Wolfcampian

Wolfcampian

[wu̇lf′kam·pē·ən]
(geology)
A North American provincial series of geologic time; lowermost Permian (below Leonardian, above Virgilian of Pennsylvania).
McGraw-Hill Dictionary of Scientific & Technical Terms, 6E, Copyright © 2003 by The McGraw-Hill Companies, Inc.
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Figure 12 indicates that the hydraulic head data fall into two groups: the Wolfcampian, Virgilian, and Missourian profiles form one group with higher head values and higher gradients, and the Mississippian and Cambrian-Ordovician-Silurian profiles form a second group with lower head values and lower gradients.
The cross-section cuts through, from top to bottom, the Cenozoic strata [Tertiary Laramide Basin Fill], the Mesozoic strata [Cretaceous Pierre and Niobrara Shales and Dakota Sandstone; Jurassic sediments], and the Paleozoic strata [Permian (Upper Permian, Lower Permian: Wolfcampian), Pennsylvanian (Virgilian, Missourian, Desmoinesian, Basal Pennsylvanian), Mississippian, Silurian, Ordovician, and Cambrian formations].
The data (Figure 12) show that these lowermost units must be considerably more permeable (shallow hydraulic gradient) than the Virgilian-Missourian and Wolfcampian units (steeper hydraulic gradient) and, based on the separation of the hydraulic head values, must be hydraulically isolated.
To replicate these transitions in the Virgilian-Missourian and Wolfcampian, low-permeability segments referred to as chokes are inserted in the model.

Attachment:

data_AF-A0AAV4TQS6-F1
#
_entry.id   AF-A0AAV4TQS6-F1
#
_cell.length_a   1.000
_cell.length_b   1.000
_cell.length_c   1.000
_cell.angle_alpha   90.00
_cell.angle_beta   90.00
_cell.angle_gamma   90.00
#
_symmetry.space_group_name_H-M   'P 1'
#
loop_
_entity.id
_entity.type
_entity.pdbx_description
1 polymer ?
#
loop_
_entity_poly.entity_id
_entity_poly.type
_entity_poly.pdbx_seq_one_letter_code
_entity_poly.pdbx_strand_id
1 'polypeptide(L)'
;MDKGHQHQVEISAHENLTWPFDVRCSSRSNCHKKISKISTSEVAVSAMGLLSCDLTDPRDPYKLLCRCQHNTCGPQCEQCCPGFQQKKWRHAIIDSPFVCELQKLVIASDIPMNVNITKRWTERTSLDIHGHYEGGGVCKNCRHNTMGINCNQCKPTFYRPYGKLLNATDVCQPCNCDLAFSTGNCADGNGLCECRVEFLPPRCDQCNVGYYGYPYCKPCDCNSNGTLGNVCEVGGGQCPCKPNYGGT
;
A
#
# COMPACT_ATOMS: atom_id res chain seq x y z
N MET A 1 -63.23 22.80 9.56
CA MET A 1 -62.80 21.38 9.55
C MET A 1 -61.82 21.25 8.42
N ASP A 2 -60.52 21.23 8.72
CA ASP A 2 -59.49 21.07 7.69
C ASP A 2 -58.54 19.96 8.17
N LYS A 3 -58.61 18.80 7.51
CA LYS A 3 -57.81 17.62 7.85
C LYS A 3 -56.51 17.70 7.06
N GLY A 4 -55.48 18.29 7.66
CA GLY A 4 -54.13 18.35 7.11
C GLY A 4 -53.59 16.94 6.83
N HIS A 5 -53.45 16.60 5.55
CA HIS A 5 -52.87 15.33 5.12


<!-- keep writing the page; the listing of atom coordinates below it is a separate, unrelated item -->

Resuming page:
The broad horseshoe shape of the Dakota outcrop is difficult to model with a two-dimensional grid, and potentiometric maps indicate that the Dakota is not hydraulically connected to the Wolfcampian because of the presence of the low-permeability Upper Permian-Jurassic unit [7].
By altering the flux until the head gradient matched the data (Darcy's equation (2) shows that there is a direct relationship between flux and hydraulic gradient), it was found that 0.0003 [m.sup.3] [d.sup.-1] of water (109,500 [m.sup.3] per 1 m.y.) enters each of the Wolfcampian (cross-sectional area 15,239 [m.sup.2]) and Desmoinesian (cross-sectional area 18,287 [m.sup.2]) and 0.0007 [m.sup.3] [d.sup.-1] (255,500 [m.sup.3] per 1 m.y.) of water enters the Virgilian-Missourian (cross-sectional area 33,526 [m.sup.2]).
However, for the 3.5, 3, 2, and 0 Ma models, the eastern BC values were calculated by interpolation between the 4.5 Ma model hydraulic head values and present-day hydraulic head values obtained from potentiometric surface maps of the Wolfcampian and Mississippian (Figures 9 and 11; [7]); see [h.sub.E] = [h.sub.i] arrows in Figure 13.
Paleozoic formations of Wolfcampian, Virgilian, Missourian and Dcsmoinesian series consisting mainly of shale, sandstone, and limestone are present in the most upper portions of the basin (USSC 1962; Wermund 1996; 1999).
One form from Arieges is possibly derived from Lioestheria andreevi of the Tambach Fm, dated of Wolfcampian from vertebrates (Sumida et al., 1996).
A partial femur of the advanced anthracosaurian amphibian Seymouria, a genus that ranges through several formations in the Wolfcampian and Leonardian (early Permian) of Texas.